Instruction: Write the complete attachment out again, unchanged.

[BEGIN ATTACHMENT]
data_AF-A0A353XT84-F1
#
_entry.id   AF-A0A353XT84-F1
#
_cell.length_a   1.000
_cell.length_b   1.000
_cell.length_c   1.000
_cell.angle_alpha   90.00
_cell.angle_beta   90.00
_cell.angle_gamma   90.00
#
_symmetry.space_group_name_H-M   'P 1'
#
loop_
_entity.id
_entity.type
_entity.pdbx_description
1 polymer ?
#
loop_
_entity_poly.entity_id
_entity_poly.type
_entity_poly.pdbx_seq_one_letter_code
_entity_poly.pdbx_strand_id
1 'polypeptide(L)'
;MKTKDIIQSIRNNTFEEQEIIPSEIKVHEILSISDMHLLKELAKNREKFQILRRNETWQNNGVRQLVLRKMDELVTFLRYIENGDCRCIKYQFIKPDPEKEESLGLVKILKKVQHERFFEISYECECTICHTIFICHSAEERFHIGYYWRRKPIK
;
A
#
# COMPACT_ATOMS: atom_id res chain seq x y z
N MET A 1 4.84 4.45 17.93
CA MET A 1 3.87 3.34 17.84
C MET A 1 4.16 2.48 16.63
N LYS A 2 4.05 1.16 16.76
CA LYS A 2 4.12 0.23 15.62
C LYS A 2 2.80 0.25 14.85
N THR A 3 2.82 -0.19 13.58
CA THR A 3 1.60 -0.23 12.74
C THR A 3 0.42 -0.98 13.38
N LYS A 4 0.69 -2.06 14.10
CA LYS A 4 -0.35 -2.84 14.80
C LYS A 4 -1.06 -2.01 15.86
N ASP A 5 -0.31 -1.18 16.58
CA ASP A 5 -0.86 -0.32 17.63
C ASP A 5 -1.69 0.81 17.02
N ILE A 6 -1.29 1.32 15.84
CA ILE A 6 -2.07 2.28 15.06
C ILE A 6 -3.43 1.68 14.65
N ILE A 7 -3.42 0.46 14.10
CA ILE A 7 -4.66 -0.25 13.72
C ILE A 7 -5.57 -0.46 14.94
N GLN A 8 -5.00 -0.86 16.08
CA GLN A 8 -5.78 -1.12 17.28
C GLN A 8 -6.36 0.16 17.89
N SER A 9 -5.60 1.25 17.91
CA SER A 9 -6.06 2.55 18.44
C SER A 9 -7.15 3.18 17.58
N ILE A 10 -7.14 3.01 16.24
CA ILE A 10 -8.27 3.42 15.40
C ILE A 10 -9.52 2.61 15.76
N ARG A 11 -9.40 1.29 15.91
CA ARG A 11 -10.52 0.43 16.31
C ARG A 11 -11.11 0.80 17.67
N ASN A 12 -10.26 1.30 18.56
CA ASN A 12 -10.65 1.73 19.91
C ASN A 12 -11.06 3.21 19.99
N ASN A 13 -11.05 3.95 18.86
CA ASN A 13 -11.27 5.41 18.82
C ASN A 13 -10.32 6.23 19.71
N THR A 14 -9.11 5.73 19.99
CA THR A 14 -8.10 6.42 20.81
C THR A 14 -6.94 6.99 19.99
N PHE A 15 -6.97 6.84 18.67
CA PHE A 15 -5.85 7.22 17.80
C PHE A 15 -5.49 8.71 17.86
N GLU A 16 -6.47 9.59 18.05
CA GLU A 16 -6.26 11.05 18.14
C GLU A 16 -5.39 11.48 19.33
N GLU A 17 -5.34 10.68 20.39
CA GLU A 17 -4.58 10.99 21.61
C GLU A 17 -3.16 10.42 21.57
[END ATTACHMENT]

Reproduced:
data_AF-A0A353XT84-F1
#
_entry.id   AF-A0A353XT84-F1
#
_cell.length_a   1.000
_cell.length_b   1.000
_cell.length_c   1.000
_cell.angle_alpha   90.00
_cell.angle_beta   90.00
_cell.angle_gamma   90.00
#
_symmetry.space_group_name_H-M   'P 1'
#
loop_
_entity.id
_entity.type
_entity.pdbx_description
1 polymer ?
#
loop_
_entity_poly.entity_id
_entity_poly.type
_entity_poly.pdbx_seq_one_letter_code
_entity_poly.pdbx_strand_id
1 'polypeptide(L)'
;MKTKDIIQSIRNNTFEEQEIIPSEIKVHEILSISDMHLLKELAKNREKFQILRRNETWQNNGVRQLVLRKMDELVTFLRYIENGDCRCIKYQFIKPDPEKEESLGLVKILKKVQHERFFEISYECECTICHTIFICHSAEERFHIGYYWRRKPIK
;
A
#
# COMPACT_ATOMS: atom_id res chain seq x y z
N MET A 1 4.84 4.45 17.93
CA MET A 1 3.87 3.34 17.84
C MET A 1 4.16 2.48 16.63
N LYS A 2 4.05 1.16 16.76
CA LYS A 2 4.12 0.23 15.62
C LYS A 2 2.80 0.25 14.85
N THR A 3 2.82 -0.19 13.58
CA THR A 3 1.60 -0.23 12.74
C THR A 3 0.42 -0.98 13.38
N LYS A 4 0.69 -2.06 14.10
CA LYS A 4 -0.35 -2.84 14.80
C LYS A 4 -1.06 -2.01 15.86
N ASP A 5 -0.31 -1.18 16.58
CA ASP A 5 -0.86 -0.32 17.63
C ASP A 5 -1.69 0.81 17.02
N ILE A 6 -1.29 1.32 15.84
CA ILE A 6 -2.07 2.28 15.06
C ILE A 6 -3.43 1.68 14.65
N ILE A 7 -3.42 0.46 14.10
CA ILE A 7 -4.66 -0.25 13.72
C ILE A 7 -5.57 -0.46 14.94
N GLN A 8 -5.00 -0.86 16.08
CA GLN A 8 -5.78 -1.12 17.28
C GLN A 8 -6.36 0.16 17.89
N SER A 9 -5.60 1.25 17.91
CA SER A 9 -6.06 2.55 18.44
C SER A 9 -7.15 3.18 17.58
N ILE A 10 -7.14 3.01 16.24
CA ILE A 10 -8.27 3.42 15.40
C ILE A 10 -9.52 2.61 15.76
N ARG A 11 -9.40 1.29 15.91
CA ARG A 11 -10.52 0.43 16.31
C ARG A 11 -11.11 0.80 17.67
N ASN A 12 -10.26 1.30 18.56
CA ASN A 12 -10.65 1.73 19.91
C ASN A 12 -11.06 3.21 19.99
N ASN A 13 -11.05 3.95 18.86
CA ASN A 13 -11.27 5.41 18.82
C ASN A 13 -10.32 6.23 19.71
N THR A 14 -9.11 5.73 19.99
CA THR A 14 -8.10 6.42 20.81
C THR A 14 -6.94 6.99 19.99
N PHE A 15 -6.97 6.84 18.67
CA PHE A 15 -5.85 7.22 17.80
C PHE A 15 -5.49 8.71 17.86
N GLU A 16 -6.47 9.59 18.05
CA GLU A 16 -6.26 11.05 18.14
C GLU A 16 -5.39 11.48 19.33
N GLU A 17 -5.34 10.68 20.39
CA GLU A 17 -4.58 10.99 21.61
C GLU A 17 -3.16 10.42 21.57